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Marcus Trescothick revealed he used an objectionable trick to retain the shine on the ball, but failed to ruffle more than a few feathers
August 29, 2008
"I think it's pretty silly of Marcus Trescothick to come out and say it, but obviously he's trying to sell some books... I'll think you find that bowlers have been doing things to the ball since cocky was an egg... The series in 2005 is certainly in my opinion the most memorable Test series that I've seen. So much of that had to do with the fact the ball was swinging."
Ian Chappell has seen it all, especially in the days before 227 cameras
"It is some form of ball-tampering, it is not about natural deterioration. It is illegal, isn't it?... I loved the wrist release of [Andrew] Flintoff, [Simon] Jones and [Steve] Harmison, but always felt something was going on as the ball was reversing by the 40th over, especially on grassy pitches."
Surely, Damien Fleming never used this particular trick before. Did he even know of it in the first place?
"When Pakistan were accused of ball-tampering it was built into something that was abhorrent. Ball-tampering is ball-tampering, whether you scratch the ball or you deliberately put sugary saliva on it to aid its shine. So I don't see any difference between one and the other. There are huge inconsistencies for one side to complain about the other scratching the ball when they are deliberately sucking sugary sweets to shine the ball."
Angus Fraser spots the double standards involved
"People use suntan oil, lip salve, scruff the ball with finger and thumbs, until they get caught. If you apply suntan oil on your forehead or face or arms, rub the sweat on your body, and then rub the ball what is the difference?"
As an umpire Peter Willey has been there before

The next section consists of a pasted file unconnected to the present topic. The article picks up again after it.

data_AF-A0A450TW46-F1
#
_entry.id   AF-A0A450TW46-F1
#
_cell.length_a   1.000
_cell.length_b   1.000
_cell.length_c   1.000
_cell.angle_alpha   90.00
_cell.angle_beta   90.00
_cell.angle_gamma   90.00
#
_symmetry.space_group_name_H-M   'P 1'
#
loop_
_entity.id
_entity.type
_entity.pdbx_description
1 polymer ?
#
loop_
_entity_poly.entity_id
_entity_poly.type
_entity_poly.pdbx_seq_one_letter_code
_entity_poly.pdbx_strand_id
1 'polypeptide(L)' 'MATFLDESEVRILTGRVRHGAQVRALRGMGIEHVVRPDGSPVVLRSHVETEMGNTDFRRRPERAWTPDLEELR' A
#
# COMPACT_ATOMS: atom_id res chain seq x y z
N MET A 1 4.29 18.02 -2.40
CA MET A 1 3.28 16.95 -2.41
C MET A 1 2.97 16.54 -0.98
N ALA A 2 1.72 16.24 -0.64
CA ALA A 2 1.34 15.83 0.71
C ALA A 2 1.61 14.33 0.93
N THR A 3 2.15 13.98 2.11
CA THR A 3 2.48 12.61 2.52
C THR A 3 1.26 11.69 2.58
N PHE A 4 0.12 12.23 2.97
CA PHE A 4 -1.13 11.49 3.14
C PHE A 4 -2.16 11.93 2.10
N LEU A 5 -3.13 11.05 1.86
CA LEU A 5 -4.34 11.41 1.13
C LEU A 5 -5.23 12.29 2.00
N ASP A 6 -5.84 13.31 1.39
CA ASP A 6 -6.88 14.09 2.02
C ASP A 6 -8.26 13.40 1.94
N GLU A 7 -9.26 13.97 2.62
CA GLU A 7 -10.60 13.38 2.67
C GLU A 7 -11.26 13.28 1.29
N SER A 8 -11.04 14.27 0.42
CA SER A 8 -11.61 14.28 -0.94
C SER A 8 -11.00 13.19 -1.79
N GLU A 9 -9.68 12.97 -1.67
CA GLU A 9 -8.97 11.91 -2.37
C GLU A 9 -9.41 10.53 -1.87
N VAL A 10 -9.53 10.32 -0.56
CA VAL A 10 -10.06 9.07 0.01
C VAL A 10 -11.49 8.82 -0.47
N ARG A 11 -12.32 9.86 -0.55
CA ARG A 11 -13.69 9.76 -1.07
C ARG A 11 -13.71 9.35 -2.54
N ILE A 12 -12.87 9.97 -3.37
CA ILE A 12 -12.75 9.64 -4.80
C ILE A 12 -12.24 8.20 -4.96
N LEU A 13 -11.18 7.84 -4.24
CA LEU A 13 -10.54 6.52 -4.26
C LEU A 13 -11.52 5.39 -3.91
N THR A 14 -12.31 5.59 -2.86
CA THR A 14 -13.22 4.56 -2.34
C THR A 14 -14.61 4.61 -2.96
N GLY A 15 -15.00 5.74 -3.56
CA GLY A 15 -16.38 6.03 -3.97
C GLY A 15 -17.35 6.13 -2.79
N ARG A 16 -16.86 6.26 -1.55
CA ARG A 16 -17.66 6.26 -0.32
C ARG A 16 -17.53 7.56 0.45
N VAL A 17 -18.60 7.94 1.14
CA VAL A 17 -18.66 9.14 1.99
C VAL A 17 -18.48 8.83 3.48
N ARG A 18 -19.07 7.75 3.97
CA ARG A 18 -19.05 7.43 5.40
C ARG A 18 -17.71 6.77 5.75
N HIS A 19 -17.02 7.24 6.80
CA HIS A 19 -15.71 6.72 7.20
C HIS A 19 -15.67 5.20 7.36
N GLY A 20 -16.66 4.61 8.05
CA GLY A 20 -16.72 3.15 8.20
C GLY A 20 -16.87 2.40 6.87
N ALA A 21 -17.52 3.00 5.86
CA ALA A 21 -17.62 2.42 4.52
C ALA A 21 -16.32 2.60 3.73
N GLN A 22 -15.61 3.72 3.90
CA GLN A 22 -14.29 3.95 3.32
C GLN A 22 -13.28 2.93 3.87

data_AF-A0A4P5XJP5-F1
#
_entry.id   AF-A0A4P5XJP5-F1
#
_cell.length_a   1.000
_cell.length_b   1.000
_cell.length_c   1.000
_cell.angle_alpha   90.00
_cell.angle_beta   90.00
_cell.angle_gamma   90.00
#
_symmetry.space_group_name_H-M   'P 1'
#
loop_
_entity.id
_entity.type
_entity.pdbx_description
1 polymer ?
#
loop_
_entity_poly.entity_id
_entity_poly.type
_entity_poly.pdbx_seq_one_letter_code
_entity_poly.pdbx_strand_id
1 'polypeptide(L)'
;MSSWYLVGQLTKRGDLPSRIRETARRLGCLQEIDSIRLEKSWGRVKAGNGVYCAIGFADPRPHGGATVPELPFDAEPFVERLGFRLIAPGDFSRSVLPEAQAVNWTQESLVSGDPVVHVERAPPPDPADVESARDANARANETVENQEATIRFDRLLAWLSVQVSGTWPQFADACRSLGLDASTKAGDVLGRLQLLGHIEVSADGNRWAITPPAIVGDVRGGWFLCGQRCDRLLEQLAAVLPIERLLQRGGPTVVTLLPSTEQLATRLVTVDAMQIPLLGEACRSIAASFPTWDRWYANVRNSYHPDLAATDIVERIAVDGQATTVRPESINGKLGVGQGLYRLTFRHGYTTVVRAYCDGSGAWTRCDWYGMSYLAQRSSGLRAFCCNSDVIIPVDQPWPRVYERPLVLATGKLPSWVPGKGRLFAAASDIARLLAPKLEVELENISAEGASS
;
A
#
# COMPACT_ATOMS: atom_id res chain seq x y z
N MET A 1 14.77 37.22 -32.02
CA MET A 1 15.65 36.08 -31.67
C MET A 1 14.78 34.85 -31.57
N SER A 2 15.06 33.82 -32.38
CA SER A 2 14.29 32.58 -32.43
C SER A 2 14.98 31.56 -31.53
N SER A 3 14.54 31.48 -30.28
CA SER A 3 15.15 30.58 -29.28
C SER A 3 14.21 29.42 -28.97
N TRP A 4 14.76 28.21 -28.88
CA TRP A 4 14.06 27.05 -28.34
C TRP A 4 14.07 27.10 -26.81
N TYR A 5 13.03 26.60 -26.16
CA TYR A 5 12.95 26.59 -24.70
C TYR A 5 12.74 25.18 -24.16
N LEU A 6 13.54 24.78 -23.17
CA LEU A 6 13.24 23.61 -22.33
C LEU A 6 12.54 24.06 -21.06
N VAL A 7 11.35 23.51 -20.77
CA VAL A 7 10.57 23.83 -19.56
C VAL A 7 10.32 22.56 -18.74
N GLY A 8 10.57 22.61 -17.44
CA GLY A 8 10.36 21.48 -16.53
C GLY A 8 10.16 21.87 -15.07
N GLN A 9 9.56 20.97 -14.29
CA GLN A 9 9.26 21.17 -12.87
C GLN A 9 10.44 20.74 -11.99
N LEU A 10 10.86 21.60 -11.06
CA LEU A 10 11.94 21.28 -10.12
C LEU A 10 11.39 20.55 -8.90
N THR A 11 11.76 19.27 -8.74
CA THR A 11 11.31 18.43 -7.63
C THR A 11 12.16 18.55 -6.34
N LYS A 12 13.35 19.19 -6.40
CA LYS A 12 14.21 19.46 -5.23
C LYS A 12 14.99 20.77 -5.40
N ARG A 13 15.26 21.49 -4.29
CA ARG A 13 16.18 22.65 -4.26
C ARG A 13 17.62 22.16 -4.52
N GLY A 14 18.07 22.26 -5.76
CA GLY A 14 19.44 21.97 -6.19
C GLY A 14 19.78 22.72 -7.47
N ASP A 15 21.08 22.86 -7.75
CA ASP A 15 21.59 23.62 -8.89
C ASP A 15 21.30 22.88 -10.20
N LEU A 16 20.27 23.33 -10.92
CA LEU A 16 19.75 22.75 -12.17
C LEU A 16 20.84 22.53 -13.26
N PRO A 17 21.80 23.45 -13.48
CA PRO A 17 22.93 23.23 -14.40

"I actually wish Marcus put a bit more mint on the ball so it deflected further off my glove... We're talking about using mints. There are a lot more major issues in the game at the moment to worry about."
Michael Kasprowicz looks back without bitterness at Edgbaston 2005
"I had no knowledge of it and I certainly wouldn't recommend anything like that. I don't know if it would even work. I would never cheat in the game. Bowlers have used sweat and polish over the years to shine the ball. There is an old wives' tale from past years that sunscreen and Brylcreem helps the ball swing, but I don't know about that."
Troy Cooley, England's bowling coach at the time, didn't know what was going on
"If it was proved they cheated, we would have a right to be upset."
Simon Katich dead-bats the question
''Marcus has written a book, hasn't he? Well ... good luck, like I say, that's in the past."
Michael Clarke dismisses it as a publicity stunt, without quite saying so
"We all knew that. The reverse swing they generated was unbelievable."
An unidentified Australian player, in the Australian
"Two thousand and five is a long time ago. If he's come out and said that he's used it, yes, it's unethical. Yes, he got away with it, good luck to him. You can't change the result of the Test series, so it's no good worrying about it."
Merv Hughes, Australia's selector on duty during the series, thinks it's all water under the bridge
"I don't use mints and I'm not sure whether any of the other lads use them or not. It's probably just sour grapes. Are you telling me that they've not done it?"
Simon Jones' response to Nathan Bracken's comments that the use of mints to shine the ball was a practice prevalent in English county cricket
"He has retired now, and he has just written that to sell the book. I've never heard of that working. How much difference could a breath mint make?"
Terry Alderman mirrors Clarke's views, a bit more bluntly
"According to the laws this is illegal - but we won't outlaw sucking sweets. It depends on the evidence and circumstances, so if something is brought to our attention it would be dealt with. But where do you stop, for example, if you start to try to stop everyone who is chewing gum?''
The ICC's stance, as of now
© ESPN Sports Media Ltd.
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